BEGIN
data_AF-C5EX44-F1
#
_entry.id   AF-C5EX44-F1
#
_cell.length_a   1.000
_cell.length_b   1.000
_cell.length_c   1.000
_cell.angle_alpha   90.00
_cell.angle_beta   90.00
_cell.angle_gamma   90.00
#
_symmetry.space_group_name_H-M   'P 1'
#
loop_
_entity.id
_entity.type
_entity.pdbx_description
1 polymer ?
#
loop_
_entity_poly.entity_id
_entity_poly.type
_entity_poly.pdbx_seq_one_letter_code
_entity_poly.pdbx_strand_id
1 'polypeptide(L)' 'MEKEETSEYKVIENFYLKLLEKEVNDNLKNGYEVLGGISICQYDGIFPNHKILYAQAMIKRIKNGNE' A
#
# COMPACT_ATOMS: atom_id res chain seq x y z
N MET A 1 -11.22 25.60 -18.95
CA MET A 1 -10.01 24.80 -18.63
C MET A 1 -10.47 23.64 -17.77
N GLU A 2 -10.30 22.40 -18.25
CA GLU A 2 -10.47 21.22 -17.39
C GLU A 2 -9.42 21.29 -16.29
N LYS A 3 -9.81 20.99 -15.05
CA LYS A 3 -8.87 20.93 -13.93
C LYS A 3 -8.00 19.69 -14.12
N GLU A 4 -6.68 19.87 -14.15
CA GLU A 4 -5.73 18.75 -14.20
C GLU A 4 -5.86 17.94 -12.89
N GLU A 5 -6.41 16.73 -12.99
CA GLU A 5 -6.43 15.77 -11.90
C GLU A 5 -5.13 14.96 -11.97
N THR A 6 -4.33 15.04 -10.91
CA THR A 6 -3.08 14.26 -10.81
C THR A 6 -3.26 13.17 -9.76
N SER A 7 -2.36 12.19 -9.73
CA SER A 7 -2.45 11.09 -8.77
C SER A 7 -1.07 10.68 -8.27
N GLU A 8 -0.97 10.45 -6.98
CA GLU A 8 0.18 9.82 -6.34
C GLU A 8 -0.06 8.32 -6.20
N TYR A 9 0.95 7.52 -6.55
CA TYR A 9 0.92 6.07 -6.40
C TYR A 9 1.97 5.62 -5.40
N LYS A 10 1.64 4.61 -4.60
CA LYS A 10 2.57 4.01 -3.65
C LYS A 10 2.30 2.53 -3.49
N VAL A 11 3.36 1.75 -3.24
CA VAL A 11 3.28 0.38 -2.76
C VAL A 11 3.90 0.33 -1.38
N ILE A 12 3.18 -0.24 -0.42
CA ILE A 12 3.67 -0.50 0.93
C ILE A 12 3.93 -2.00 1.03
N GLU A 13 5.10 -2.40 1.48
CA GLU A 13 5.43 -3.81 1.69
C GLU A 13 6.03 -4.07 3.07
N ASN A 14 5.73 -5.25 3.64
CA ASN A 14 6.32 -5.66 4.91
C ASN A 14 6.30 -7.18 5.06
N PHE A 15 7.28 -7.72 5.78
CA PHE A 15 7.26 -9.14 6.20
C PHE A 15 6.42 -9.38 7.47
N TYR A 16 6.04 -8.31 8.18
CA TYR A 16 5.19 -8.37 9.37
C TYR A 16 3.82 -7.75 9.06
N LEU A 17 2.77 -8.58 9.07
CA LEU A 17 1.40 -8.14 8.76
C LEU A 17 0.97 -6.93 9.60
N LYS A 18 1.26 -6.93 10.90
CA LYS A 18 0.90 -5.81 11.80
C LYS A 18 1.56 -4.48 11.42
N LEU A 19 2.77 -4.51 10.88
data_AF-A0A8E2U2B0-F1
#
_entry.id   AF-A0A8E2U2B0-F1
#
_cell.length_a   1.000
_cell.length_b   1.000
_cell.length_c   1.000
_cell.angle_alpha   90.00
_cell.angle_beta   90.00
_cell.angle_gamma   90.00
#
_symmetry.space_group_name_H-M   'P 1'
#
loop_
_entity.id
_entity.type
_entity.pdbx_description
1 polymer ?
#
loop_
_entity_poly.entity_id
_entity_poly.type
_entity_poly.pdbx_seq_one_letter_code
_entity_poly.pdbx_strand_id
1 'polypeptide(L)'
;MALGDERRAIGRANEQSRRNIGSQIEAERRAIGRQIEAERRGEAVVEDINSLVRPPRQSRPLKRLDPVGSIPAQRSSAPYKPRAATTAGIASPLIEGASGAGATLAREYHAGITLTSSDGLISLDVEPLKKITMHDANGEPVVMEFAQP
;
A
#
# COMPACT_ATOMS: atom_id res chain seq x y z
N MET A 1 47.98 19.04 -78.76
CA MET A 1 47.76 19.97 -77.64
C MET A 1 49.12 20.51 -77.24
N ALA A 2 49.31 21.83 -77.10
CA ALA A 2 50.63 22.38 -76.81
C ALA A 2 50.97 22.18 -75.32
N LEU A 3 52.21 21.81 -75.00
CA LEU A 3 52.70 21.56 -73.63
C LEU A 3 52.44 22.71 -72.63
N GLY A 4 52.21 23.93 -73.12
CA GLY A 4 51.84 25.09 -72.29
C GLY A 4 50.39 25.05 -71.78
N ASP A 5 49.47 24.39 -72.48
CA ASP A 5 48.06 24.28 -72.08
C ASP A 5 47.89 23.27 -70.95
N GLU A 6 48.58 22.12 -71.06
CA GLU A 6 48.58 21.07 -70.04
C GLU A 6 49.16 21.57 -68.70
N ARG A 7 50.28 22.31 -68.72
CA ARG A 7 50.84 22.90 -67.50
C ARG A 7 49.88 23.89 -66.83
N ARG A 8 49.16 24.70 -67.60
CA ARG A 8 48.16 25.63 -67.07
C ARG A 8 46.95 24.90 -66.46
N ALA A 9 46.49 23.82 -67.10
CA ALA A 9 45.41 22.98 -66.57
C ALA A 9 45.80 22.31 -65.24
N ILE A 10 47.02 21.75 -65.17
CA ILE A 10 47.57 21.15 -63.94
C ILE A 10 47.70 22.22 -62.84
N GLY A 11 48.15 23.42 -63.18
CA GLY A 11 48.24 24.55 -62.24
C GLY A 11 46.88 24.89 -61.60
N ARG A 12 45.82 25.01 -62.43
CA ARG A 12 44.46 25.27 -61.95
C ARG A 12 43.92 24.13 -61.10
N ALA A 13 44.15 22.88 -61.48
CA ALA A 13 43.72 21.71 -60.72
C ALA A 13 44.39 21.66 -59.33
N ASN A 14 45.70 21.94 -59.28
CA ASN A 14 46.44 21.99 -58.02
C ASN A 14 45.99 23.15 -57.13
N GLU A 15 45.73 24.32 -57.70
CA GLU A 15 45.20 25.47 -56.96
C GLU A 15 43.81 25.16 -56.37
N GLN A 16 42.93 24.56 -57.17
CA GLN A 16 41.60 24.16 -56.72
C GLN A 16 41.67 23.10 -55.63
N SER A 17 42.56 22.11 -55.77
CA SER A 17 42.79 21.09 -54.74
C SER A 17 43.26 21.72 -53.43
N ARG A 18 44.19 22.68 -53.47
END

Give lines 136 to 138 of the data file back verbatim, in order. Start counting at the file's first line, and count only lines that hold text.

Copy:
C ARG A 8 46.95 24.90 -66.46
N ALA A 9 46.49 23.82 -67.10
CA ALA A 9 45.41 22.98 -66.57